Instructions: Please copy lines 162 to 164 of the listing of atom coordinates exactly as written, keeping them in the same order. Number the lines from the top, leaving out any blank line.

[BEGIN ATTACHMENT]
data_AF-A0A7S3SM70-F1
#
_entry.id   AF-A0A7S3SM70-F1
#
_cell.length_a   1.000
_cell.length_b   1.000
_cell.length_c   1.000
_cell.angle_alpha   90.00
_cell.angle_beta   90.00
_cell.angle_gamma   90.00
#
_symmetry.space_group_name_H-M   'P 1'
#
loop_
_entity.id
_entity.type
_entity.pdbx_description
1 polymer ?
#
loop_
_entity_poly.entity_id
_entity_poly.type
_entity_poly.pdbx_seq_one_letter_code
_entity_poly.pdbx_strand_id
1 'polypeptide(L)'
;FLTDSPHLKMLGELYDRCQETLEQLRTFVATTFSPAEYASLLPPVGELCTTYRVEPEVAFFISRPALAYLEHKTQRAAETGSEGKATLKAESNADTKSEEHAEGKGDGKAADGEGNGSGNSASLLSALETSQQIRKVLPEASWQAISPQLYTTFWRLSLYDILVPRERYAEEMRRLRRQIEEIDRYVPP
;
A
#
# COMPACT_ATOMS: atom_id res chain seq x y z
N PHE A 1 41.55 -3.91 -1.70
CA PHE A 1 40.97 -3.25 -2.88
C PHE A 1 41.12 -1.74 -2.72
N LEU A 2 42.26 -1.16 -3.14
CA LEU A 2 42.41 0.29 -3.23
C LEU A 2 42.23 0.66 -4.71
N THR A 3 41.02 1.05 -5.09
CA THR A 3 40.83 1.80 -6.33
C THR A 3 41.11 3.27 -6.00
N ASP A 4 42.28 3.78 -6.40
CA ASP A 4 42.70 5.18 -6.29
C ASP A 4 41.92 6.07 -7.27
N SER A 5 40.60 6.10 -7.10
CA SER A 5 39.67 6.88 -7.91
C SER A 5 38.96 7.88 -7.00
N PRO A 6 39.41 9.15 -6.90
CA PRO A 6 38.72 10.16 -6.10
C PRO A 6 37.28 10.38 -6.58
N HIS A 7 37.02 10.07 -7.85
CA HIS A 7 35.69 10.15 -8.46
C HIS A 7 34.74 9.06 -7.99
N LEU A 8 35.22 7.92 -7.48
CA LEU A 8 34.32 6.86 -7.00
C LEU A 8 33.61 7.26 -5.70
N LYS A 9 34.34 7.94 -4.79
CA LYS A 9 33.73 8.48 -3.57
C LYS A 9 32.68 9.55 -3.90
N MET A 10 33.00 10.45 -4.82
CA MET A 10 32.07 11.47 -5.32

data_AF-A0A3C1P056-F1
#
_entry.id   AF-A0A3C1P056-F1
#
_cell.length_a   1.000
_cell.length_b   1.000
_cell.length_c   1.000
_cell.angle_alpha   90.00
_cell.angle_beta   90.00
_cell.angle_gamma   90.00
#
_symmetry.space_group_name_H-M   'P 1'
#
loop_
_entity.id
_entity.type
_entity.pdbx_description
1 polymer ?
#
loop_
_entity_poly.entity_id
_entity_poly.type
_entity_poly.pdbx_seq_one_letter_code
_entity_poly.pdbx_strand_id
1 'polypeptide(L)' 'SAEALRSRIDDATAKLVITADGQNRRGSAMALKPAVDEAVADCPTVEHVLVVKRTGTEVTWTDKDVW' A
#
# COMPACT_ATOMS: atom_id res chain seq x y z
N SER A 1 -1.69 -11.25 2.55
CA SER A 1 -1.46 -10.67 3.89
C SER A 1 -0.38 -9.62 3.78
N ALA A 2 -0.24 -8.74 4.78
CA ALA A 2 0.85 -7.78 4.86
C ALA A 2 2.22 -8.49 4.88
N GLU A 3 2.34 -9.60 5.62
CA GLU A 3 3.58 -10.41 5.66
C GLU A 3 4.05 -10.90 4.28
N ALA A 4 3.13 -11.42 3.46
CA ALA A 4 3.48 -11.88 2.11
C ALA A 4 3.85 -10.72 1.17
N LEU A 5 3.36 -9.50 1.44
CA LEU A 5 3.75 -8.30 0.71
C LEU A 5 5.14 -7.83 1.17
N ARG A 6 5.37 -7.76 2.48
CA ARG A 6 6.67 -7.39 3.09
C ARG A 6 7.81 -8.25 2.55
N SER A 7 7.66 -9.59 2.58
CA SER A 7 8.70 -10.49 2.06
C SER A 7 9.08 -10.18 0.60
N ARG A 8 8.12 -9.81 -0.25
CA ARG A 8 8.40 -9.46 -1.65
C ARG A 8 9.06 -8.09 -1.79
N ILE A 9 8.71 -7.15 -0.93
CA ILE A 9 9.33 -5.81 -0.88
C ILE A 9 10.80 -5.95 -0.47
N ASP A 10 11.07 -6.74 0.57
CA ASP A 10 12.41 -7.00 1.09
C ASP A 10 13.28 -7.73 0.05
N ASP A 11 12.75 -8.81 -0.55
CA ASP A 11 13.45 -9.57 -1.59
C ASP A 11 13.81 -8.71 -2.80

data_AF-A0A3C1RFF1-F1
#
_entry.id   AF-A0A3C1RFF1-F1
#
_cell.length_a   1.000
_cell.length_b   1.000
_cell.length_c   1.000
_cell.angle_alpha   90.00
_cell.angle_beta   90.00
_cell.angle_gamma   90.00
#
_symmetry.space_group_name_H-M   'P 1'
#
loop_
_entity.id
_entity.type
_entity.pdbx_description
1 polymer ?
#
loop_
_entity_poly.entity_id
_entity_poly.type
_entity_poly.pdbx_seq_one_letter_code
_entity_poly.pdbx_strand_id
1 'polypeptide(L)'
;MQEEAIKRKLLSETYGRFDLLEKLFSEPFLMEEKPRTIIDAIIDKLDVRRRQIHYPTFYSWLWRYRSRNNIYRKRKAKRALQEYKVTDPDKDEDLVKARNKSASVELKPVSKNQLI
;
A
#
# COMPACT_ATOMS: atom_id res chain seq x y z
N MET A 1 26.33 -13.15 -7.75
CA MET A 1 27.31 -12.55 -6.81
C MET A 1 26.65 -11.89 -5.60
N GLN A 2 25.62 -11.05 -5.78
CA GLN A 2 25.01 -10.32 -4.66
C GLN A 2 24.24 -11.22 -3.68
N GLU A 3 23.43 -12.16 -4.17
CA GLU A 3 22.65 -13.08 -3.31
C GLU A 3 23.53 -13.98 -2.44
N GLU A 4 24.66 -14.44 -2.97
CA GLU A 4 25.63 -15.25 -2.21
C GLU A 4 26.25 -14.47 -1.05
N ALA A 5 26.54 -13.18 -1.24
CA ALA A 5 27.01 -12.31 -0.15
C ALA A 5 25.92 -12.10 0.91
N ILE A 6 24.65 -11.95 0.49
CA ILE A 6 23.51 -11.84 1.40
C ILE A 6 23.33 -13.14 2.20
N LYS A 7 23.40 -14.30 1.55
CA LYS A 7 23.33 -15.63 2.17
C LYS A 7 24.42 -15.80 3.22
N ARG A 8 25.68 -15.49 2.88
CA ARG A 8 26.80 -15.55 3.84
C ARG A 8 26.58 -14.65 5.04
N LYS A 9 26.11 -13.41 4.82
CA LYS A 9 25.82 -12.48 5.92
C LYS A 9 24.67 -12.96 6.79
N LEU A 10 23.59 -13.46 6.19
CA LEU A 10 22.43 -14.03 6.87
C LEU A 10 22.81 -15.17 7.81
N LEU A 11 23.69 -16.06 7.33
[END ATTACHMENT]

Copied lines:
N ALA A 5 26.54 -13.18 -1.24
CA ALA A 5 27.01 -12.31 -0.15
C ALA A 5 25.92 -12.10 0.91